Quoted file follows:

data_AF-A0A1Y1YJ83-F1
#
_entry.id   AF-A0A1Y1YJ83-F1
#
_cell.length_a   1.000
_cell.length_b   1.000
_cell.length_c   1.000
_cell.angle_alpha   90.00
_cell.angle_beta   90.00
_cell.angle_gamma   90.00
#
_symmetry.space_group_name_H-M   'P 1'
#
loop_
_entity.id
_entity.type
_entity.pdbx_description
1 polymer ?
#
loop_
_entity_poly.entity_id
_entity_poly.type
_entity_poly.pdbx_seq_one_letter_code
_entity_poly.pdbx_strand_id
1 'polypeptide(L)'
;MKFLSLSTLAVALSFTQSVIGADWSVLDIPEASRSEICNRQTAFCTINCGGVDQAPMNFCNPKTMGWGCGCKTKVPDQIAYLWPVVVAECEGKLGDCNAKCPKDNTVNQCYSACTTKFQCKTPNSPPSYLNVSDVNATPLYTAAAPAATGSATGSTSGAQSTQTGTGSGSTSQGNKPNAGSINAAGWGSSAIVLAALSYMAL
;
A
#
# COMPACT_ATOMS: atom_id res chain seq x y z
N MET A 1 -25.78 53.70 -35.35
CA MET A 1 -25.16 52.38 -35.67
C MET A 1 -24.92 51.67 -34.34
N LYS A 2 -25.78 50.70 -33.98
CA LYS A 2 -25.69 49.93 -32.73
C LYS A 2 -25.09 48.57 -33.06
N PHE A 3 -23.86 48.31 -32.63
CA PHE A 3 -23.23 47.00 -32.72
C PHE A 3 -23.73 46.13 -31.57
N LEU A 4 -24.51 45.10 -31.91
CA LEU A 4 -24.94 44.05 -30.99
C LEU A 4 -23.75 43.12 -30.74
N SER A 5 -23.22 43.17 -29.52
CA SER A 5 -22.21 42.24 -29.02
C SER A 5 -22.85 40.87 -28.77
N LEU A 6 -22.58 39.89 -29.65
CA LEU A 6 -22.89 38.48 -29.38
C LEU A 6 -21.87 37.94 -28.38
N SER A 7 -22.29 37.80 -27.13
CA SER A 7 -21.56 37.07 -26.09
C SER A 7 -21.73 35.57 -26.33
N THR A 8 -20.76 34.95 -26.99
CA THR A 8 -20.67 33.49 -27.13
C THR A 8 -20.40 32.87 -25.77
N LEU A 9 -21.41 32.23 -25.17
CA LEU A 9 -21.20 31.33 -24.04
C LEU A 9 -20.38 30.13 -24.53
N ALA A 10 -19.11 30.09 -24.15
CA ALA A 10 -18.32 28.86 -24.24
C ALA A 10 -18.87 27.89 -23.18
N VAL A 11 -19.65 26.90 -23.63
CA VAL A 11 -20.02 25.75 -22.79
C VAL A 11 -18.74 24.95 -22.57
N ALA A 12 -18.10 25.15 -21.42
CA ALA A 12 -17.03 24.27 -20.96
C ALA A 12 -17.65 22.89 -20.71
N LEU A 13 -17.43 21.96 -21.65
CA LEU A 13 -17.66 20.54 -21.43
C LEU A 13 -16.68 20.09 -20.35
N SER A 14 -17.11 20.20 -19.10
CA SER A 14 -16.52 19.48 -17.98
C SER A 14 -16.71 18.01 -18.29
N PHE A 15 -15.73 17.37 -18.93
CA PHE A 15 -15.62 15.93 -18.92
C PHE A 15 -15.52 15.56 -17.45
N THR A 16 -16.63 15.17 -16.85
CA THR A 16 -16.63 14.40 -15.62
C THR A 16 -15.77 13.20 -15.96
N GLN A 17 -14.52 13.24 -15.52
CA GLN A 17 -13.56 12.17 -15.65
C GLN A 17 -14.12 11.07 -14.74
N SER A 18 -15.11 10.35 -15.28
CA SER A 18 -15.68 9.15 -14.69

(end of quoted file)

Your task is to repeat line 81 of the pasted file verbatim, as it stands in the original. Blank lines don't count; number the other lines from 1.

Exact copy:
C GLN A 17 -14.12 11.07 -14.74